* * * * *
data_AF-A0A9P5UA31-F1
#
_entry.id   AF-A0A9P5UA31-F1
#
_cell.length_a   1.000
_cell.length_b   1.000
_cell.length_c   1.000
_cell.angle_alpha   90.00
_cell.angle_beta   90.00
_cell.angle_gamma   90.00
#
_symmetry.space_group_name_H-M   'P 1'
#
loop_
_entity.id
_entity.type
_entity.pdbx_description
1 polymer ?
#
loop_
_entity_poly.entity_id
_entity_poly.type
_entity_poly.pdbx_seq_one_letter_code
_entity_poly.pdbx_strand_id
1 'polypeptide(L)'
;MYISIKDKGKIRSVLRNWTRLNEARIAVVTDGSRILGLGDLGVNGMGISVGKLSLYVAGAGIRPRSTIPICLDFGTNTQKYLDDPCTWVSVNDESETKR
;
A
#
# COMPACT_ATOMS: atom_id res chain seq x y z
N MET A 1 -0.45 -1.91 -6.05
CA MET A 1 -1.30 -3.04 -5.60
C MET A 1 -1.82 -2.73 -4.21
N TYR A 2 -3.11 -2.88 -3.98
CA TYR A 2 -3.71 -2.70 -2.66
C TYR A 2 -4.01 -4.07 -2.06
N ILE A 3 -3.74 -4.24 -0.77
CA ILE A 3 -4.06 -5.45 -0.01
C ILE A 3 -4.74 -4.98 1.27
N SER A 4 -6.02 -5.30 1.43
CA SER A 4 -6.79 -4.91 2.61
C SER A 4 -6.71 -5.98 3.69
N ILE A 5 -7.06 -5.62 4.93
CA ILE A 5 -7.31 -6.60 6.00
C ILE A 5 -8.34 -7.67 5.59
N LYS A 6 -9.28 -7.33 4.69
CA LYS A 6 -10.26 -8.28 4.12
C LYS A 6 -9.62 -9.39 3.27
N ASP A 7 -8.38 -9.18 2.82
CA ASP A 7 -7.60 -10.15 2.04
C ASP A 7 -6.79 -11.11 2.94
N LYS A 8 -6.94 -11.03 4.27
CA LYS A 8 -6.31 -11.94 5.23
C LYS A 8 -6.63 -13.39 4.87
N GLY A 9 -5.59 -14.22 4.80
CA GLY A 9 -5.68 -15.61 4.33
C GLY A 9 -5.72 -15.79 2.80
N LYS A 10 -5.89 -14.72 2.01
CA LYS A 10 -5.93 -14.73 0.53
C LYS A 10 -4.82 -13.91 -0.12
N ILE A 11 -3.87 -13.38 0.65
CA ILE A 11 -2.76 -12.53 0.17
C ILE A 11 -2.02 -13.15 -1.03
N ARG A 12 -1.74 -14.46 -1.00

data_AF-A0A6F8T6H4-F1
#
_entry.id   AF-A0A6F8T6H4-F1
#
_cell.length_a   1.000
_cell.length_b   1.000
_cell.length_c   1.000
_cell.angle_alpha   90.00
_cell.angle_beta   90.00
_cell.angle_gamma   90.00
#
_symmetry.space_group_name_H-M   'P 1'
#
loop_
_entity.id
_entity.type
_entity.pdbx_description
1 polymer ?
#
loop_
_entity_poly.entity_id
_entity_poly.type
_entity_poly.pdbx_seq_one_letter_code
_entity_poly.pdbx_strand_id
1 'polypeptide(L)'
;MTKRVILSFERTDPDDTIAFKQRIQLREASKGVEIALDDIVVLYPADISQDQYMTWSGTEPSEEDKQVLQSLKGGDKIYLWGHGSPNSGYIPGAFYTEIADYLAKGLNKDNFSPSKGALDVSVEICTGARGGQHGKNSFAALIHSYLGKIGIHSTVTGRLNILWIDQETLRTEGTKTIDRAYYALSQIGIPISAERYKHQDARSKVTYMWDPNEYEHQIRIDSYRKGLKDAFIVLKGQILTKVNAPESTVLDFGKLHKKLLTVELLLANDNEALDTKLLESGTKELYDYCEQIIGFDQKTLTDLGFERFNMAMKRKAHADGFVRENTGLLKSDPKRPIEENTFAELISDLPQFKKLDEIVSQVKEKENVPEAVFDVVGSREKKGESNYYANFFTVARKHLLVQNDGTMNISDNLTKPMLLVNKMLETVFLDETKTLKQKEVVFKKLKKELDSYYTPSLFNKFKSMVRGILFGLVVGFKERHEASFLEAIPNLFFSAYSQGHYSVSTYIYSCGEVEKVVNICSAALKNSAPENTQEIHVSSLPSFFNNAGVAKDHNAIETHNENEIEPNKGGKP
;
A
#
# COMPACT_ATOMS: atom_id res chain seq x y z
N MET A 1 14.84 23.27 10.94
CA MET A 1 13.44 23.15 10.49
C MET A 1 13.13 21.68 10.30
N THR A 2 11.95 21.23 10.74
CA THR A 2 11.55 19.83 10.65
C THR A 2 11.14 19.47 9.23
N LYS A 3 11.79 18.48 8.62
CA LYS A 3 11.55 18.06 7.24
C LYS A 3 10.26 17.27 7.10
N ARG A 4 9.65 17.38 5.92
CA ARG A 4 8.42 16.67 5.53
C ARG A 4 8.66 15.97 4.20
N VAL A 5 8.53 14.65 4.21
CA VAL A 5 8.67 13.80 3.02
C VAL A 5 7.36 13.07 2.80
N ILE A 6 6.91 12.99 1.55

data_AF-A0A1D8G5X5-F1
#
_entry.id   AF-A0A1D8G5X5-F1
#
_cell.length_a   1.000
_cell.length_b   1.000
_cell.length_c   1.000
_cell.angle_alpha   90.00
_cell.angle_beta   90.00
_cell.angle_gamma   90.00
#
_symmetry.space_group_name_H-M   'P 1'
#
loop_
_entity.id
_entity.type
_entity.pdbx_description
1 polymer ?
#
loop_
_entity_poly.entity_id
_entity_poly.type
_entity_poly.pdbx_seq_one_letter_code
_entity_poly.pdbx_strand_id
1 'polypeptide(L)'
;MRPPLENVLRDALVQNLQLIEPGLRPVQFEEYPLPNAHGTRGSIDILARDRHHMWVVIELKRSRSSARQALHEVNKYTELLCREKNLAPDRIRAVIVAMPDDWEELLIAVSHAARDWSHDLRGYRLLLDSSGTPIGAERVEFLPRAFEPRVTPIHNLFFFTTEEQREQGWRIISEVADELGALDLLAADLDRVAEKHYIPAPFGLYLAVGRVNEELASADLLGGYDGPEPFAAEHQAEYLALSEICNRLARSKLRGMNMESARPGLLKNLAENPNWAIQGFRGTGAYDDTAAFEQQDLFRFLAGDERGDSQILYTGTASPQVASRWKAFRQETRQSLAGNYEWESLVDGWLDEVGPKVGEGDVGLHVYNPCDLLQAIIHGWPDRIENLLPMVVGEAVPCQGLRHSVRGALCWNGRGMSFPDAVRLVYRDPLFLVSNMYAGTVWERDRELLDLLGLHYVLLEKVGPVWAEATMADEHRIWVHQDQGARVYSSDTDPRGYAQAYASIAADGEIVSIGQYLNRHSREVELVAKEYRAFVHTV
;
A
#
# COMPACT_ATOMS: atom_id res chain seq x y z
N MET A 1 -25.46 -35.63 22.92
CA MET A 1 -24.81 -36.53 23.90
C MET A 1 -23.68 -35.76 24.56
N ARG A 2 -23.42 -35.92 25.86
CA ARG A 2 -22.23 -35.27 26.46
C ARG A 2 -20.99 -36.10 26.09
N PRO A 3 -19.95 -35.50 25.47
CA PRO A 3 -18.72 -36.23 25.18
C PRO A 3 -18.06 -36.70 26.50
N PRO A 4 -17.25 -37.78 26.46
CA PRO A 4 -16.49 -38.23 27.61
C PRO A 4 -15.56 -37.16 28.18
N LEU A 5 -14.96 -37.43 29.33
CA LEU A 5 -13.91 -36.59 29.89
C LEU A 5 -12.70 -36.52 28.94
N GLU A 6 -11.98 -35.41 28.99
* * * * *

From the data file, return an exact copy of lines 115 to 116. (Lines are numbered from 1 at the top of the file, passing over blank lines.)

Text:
_cell.length_a   1.000
_cell.length_b   1.000